updated 2/25/2009 3:06:53 PM ET 2009-02-25T20:06:53

Kenya announced its first polio infection in 20 years on Wednesday, after a 4-year-old girl was diagnosed with the disease along the country's remote border with Sudan.

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"In a country free of polio, when you make a diagnosis of one case of polio the definition is an outbreak," said Dr. David Okello, country representative of the World Health Organization. For every child paralyzed by polio, there are about 200 other asymptomatic cases who can spread the disease to others.

Okello said they were investigating a second case in Lokichoggio, 900 kilometers (560 miles) north of the capital city of Nairobi, where an infant had shown symptoms of the disease.

"Really we are not sure, there may be other cases," said Okello.

Polio is an infectious disease that mainly strikes children under five. It is spread primarily by the feces of an infected person getting into the food chain. It causes paralysis and can be fatal.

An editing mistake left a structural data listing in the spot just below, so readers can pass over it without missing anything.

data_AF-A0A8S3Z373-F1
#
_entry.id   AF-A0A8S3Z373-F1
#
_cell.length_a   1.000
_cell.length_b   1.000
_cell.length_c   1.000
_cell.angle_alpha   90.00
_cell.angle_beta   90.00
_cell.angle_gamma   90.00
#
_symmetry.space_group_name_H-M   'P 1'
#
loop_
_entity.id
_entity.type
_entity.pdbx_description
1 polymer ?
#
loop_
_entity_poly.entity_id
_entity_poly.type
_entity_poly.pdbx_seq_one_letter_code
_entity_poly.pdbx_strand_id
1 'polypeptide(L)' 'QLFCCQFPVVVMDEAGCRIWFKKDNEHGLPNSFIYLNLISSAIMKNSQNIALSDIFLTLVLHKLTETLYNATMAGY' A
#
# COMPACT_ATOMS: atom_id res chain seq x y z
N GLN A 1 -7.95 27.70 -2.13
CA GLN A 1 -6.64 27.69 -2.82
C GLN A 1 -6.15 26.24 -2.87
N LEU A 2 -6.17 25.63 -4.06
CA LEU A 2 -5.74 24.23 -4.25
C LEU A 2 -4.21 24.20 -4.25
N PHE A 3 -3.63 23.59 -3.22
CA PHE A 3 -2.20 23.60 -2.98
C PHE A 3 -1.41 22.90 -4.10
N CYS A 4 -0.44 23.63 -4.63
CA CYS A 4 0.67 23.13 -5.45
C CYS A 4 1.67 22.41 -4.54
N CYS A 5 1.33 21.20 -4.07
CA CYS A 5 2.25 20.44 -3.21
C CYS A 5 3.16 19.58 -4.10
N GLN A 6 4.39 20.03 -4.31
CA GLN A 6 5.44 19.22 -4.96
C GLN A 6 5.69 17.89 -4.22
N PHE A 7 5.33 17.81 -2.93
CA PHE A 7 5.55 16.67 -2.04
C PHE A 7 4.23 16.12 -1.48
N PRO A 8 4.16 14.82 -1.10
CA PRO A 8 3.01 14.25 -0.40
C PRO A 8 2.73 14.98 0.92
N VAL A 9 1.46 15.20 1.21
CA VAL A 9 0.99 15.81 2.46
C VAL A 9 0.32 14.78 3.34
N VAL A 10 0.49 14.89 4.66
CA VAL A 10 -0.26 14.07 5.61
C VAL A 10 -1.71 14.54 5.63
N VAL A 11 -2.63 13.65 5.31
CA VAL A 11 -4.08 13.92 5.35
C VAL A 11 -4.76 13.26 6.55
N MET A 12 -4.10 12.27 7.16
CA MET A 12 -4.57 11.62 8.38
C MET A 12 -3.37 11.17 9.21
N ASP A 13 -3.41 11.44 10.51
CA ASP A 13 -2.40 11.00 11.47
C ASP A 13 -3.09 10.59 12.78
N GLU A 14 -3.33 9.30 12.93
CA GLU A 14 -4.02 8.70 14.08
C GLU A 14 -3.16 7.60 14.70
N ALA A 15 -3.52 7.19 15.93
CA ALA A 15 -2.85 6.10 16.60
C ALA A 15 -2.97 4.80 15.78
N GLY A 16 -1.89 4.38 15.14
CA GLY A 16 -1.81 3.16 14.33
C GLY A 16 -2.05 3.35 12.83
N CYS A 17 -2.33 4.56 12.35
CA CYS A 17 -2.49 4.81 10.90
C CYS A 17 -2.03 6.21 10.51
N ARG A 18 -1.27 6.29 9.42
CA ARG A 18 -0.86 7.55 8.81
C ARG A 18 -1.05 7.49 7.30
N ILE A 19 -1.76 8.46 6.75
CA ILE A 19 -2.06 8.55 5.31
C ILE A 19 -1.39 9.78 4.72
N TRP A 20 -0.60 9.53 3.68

In 2006, two refugees escaping the war in Somalia were diagnosed with the disease at the Dadaab refugee camp at Kenya's eastern border with Somalia. That outbreak was contained before it spread.

Okello said the disease may have spread from south Sudan, where a polio outbreak occurred in early January.

He said many Kenyan children were not immunized due to postelection violence in 2008, which left more than 1,000 people dead and 600,000 people displaced from their homes. Many have still not returned home.

Okello said coverage of the immunization campaign was 100 percent before the violence but has dropped to 60 percent.

He said in the next 10 days health officials will conduct immediate vaccination of Lokichoggio and surrounding areas to prevent the spread of the disease and then a synchronized vaccination campaign involving Sudan, Ethiopia and Uganda.

Global efforts to eradicate polio have decreased cases by 99 percent since 1988. Last year, it was only endemic in four countries: Afghanistan, India, Nigeria and Pakistan. But those countries have the potential to re-infect anywhere in the world.

Copyright 2009 The Associated Press. All rights reserved. This material may not be published, broadcast, rewritten or redistributed.

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